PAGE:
As we countdown to our annual Summit ’19, our two day conference on all things product leadership, digital and product design, and front-end development, we’re highlighting great sessions you can expect there.
If you like what you see, then why not get along? It’s in Sydney on October 31 and November 1. With a carefully curated program that covers every aspect of delivering modern digital products, Web Directions Summit is the only conference for your entire product team.
Metaphors we believe by: the pantheon of 2019
IT’S 2013, AND I’M LOUNGING on the hardwood floor of my childhood bedroom with a blasphemous book that I smuggled home from college: Sam Harris’ Letter to a Christian Nation. I devour the whole thing in a single sitting. It feels like Harris is letting me in on a giant secret, a Big Truth that my very Christian upbringing had kept hidden from me. God is dead, he says. We killed him a few hundred years ago and replaced him with a sophisticated scientific understanding of life, the universe, and everything.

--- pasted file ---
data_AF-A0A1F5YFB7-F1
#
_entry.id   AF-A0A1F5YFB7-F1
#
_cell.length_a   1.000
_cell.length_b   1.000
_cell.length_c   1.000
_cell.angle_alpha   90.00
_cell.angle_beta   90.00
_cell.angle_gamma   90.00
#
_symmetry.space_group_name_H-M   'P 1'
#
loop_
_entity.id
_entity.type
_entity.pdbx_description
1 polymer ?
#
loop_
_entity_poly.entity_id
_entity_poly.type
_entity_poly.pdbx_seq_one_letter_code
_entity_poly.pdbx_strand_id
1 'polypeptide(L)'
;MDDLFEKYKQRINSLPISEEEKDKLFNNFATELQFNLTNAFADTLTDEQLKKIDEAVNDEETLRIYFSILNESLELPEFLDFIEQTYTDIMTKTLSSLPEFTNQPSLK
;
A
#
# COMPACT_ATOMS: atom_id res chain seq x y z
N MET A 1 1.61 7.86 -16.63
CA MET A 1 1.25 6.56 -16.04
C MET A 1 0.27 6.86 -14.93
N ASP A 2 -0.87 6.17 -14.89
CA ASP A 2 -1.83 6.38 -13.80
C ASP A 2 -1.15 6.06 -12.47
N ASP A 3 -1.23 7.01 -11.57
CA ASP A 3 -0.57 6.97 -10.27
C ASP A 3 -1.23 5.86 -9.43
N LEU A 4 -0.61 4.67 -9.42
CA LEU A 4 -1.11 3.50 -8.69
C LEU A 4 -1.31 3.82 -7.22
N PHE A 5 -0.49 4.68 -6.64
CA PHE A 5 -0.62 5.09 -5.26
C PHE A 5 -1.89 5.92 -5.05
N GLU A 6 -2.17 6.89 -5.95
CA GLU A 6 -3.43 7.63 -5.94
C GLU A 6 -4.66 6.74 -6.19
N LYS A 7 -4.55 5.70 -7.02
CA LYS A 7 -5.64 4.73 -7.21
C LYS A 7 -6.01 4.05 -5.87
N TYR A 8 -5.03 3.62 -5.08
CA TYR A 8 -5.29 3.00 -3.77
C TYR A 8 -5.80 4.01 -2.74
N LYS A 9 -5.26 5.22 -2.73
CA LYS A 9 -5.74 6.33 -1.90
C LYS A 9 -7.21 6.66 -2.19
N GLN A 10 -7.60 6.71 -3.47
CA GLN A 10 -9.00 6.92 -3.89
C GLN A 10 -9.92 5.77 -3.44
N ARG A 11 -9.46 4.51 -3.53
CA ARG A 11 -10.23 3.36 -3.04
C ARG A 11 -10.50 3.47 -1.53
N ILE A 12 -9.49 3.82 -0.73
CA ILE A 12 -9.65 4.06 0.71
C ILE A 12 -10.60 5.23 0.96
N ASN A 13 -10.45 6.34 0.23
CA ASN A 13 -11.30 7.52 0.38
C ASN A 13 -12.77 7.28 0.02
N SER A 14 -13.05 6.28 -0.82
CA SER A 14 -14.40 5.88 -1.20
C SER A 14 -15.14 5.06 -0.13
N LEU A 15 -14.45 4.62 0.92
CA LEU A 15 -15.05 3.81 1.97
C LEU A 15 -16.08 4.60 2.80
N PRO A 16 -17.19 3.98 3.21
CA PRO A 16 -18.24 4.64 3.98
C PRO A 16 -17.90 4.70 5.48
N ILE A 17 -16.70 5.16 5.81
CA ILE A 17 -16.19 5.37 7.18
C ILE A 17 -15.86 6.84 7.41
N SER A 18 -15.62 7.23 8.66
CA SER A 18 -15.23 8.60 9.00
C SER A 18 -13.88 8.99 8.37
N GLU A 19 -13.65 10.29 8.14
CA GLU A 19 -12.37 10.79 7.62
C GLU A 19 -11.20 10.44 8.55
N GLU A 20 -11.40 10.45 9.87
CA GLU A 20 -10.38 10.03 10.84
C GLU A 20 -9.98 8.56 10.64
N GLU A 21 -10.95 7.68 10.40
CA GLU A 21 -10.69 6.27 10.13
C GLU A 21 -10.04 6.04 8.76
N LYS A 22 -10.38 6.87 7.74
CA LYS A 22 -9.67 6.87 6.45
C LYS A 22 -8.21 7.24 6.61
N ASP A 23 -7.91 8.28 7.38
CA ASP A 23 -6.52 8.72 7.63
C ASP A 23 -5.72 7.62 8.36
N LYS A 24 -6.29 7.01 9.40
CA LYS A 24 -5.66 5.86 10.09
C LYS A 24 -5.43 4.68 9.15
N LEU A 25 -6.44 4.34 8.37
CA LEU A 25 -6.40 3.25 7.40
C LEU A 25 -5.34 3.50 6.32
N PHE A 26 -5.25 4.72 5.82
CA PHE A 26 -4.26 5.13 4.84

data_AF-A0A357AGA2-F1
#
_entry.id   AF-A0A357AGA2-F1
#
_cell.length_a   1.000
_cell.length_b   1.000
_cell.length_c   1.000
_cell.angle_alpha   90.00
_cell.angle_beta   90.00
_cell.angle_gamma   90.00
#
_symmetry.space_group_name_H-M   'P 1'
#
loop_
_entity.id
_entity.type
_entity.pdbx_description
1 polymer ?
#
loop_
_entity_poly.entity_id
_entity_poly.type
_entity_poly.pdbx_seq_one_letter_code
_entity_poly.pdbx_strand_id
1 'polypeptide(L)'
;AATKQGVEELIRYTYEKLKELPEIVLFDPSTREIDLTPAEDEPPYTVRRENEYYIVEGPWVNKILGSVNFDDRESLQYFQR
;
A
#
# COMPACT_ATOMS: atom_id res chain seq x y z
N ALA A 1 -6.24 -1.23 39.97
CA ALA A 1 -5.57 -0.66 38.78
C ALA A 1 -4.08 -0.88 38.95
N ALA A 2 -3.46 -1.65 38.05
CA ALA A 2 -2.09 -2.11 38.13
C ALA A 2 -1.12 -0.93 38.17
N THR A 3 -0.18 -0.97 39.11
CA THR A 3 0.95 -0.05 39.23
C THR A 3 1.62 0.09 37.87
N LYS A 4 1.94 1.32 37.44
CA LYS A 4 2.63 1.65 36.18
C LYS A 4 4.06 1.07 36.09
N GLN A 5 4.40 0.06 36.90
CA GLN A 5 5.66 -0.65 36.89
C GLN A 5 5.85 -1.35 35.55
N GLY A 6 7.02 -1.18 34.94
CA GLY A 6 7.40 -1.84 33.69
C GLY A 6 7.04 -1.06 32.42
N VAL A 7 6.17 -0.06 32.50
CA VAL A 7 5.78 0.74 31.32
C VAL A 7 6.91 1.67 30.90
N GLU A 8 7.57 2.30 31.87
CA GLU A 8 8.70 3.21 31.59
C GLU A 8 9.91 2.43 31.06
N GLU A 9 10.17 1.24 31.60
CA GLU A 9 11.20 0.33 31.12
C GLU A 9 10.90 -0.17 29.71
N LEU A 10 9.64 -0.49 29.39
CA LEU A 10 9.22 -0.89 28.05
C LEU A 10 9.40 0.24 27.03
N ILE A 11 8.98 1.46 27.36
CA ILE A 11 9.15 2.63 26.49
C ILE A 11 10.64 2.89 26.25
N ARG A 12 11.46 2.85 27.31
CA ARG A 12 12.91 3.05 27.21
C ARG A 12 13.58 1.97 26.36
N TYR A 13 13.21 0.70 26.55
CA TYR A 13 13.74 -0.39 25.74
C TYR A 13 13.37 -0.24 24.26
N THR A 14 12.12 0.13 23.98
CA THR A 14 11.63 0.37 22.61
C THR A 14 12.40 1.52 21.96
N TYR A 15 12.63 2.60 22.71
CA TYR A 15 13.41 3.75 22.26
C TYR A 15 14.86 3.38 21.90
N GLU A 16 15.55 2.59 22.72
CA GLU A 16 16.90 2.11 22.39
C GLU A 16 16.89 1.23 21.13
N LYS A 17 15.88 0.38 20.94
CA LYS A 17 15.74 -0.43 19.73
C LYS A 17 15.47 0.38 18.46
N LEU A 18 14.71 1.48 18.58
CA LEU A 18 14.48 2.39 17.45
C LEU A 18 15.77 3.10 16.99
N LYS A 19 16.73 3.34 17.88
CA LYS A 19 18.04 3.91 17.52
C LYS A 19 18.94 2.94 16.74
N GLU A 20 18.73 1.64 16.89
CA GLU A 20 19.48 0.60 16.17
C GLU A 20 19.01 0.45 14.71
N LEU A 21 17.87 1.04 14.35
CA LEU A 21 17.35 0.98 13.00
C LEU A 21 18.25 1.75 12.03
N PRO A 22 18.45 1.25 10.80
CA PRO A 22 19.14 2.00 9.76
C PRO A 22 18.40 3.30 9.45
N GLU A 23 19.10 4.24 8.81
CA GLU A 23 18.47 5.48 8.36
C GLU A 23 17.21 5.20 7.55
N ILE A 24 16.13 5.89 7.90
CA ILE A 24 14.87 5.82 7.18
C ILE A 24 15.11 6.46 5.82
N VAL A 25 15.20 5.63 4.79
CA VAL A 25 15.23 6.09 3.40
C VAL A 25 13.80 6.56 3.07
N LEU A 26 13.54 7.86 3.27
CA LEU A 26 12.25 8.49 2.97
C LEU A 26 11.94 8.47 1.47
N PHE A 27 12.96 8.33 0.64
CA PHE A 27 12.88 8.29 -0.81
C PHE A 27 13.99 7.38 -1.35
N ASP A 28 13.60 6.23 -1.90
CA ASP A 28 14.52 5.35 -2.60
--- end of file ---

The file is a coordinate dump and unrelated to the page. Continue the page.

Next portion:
Fast-forward six years, and I’ve started to realize that the God vs. science situation is a bit more complicated than Sam Harris led me to believe. The more I learn, the more I suspect that rationalists only managed to kill a very narrow and anthropomorphic conception of God. People who study complex systems started using new words to talk about god-like phenomena — metaphors that are more palatable to secular minds. I believe these new words can help scientifically-minded people better understand what it actually felt like to believe in God before science became a Thing. Let’s take a tour through the pantheon of 2019 and explore what these seven “gods” might teach us in our era of ecological crisis and post-truth confusion.
Aaron Z Lewis
Aaron Lewis used to design digital products for Uber and for Hillary Clinton’s 2016 presidential campaign.
Now, he’s researching and writing about memetic warfare, preventing online radicalization, and cultivating compassionate communities (IRL and URL).
He likes to make familiar things feel new and new things feel familiar.